Discovering the Hebrides and the Highlands of Scotland were a big thing too – looking back at the work I made whilst living in Edinburgh, so much of it was inspired by windswept Scottish landscapes and the idea of North.

It has really only been in the past few months that I’ve seen London seep into my work. Since moving down here I have struggled to figure out how to make a living from drawing and have tried on a few different creative hats in the process. It is only recently that I have started to look around me again and make pictures based on my surroundings. I’m really interested in trying to document some of the struggles living in this city throws up.

Looking at your work, it’s clear that you enjoy creating and referencing comic book art.  Are there any comic book artists whose work you particularly like or are inspired by?  Are you working on your own comic-book projects?

Comics are a fairly recent interest for me. I read the Beano and the Dandy as a kid but it’s only been in the past couple of years that I have started drawing my own and really thinking about it as a medium for story telling. My way in was through Chris Ware’s Jimmy Corrigan as well as the first few Nobrow anthologies. Jon McNaught has been a big influence on how I’ve thought about comics – he has an incredible knack for creating a sense of place through these slow, often uneventful stories.

I just finished ‘Hubert’ by Ben Gijsemans which I would highly recommend to anyone who likes the quieter side of comics.

The main comics project I am working on at the minute is a collaboration with a writer based in Austin, Texas called James McNulty. He sent me a screenplay a few months ago and we are working on adapting it into a graphic novel. It’s tonally similar to something like ‘The Missing’ or True Detective’. The story is set in small town America and focuses on a series of kidnappings. It is pretty dark stuff but it had me totally gripped on my first read through!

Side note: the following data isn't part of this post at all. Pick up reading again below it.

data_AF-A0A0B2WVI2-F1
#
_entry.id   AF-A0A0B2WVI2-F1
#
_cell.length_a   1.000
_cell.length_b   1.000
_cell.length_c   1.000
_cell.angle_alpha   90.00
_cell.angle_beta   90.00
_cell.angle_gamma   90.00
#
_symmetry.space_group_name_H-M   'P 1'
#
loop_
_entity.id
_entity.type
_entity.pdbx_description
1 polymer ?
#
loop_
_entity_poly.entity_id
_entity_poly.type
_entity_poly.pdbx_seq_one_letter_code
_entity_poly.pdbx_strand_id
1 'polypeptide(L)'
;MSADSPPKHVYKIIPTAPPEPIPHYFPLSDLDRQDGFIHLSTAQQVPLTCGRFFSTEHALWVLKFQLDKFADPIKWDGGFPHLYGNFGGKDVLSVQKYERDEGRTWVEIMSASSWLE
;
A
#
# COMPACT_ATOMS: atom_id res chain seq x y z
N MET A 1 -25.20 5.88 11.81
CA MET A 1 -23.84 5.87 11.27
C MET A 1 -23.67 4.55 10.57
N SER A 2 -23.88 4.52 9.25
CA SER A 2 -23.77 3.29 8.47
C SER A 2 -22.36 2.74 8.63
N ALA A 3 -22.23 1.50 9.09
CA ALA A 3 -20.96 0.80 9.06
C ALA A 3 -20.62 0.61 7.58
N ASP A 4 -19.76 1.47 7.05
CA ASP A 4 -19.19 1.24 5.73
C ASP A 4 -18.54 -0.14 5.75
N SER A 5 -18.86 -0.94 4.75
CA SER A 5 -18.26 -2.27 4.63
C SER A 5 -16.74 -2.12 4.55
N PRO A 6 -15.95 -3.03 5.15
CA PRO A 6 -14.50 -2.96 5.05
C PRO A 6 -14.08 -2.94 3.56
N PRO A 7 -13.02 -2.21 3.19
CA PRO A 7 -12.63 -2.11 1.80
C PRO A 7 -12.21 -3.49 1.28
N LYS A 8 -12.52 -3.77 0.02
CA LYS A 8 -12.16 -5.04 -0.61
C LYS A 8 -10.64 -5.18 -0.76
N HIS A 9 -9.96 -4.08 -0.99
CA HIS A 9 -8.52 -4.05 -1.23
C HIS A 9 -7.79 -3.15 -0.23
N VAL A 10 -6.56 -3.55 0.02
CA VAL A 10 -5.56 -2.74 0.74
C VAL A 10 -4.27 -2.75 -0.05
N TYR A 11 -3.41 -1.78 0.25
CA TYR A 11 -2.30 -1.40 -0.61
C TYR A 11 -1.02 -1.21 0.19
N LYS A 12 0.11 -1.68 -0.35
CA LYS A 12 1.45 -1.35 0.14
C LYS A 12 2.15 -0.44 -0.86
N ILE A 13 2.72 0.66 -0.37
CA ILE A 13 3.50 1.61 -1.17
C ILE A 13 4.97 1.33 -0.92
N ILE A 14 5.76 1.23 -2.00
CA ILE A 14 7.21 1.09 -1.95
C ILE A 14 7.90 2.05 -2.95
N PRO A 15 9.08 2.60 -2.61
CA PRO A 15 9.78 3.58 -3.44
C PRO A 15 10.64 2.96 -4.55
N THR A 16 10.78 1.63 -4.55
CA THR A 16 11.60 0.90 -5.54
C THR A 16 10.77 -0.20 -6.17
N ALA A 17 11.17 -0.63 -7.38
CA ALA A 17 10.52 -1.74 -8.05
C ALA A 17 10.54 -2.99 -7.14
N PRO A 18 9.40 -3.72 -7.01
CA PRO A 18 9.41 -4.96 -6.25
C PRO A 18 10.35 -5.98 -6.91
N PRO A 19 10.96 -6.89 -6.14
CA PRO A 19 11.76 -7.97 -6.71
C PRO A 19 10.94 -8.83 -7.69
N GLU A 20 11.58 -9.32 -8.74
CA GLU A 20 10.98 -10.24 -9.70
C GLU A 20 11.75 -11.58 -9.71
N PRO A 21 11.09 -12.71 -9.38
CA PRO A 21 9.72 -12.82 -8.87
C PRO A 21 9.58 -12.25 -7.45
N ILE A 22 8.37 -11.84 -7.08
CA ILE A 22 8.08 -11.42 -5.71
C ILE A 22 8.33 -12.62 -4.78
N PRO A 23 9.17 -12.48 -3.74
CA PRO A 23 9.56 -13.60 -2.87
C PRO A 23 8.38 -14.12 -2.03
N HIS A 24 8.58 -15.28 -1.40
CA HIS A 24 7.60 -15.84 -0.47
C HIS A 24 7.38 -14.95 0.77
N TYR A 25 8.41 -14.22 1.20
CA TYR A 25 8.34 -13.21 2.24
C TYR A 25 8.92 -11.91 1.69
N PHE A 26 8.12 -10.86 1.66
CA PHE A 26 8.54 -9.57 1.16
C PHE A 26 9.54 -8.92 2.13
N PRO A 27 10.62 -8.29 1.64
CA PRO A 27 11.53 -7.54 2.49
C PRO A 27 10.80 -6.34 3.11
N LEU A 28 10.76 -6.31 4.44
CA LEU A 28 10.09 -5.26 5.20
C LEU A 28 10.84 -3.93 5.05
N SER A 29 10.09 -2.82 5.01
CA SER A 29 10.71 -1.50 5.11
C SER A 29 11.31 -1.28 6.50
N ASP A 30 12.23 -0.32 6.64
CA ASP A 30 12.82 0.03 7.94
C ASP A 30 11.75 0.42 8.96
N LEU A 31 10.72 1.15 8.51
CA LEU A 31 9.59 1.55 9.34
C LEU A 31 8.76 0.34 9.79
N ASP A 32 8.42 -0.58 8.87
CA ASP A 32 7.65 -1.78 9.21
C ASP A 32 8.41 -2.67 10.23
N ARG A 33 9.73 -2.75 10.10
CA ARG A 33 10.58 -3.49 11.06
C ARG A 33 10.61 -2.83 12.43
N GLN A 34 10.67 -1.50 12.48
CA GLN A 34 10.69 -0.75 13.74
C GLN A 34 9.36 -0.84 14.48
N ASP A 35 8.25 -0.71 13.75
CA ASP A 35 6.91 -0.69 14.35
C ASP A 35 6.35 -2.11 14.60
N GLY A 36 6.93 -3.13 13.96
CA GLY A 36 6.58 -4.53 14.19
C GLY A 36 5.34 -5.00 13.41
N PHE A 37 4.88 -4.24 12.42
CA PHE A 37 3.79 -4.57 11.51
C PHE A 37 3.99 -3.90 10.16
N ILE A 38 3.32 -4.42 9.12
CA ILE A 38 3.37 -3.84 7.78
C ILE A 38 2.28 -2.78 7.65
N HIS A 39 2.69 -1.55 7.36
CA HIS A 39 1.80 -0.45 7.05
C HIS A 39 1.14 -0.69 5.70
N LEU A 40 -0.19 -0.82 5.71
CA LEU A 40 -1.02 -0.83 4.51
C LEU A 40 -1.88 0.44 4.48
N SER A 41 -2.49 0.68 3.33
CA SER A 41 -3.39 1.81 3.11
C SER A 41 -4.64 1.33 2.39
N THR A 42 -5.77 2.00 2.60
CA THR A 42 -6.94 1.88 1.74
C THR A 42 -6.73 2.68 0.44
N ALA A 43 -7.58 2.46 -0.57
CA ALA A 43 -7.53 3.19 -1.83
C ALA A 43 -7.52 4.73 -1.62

You’ve produced work for a number of publications and shows, and although there is great variety in your work, it’s also possible to tell that each piece was created by you – how have you developed your own personal style over the years?

That’s very kind of you to say so! I don’t think it is a particularly conscious thing, hopefully it is something which has happened naturally. That said, I have always found it useful to draw quick versions of other artist’s work. I think it is a really useful way to learn how people you admire use line and shape and space.

I used to draw pretty obsessively, filling sketchbooks with drawings of photographs I would find on blogs and in books as well as invented characters and scenes. I still try to get at least one drawing down every day. Style is definitely defined to some degree by what materials you use too. I find that I draw completely differently with a pencil than I do with a brush and ink for example.

The pieces you’ve worked on for Lodestars Anthology have been related to the cultural life of the different countries covered by the magazine, and you have been very adept in referencing the books and films from the written pieces in your art.  Do you have a strong interest in literature, film and music?  How does this play out in your work?

I definitely have a real interest in all of those things, anything which tells a good story or seems to have a unique perspective on the world always grabs my attention. Although I definitely don’t read as much as I would like to, I do often find inspiration in fiction and poetry. I’ve been working on turning a series of Simon Armitage poems into comics recently actually. Film is a pretty big influence too; I will usually have to dig back through movies to take screengrabs or photos of particular scenes and shots. I love work which nods to or references its source of inspiration in some way. Inspiration can come from almost anywhere, you just have to learn to be receptive to it and always carry a notebook!

You use pen and ink, ink wash, pencil and digital art to create your work – do you have a favourite medium to work in?  Do you like to experiment with new mediums?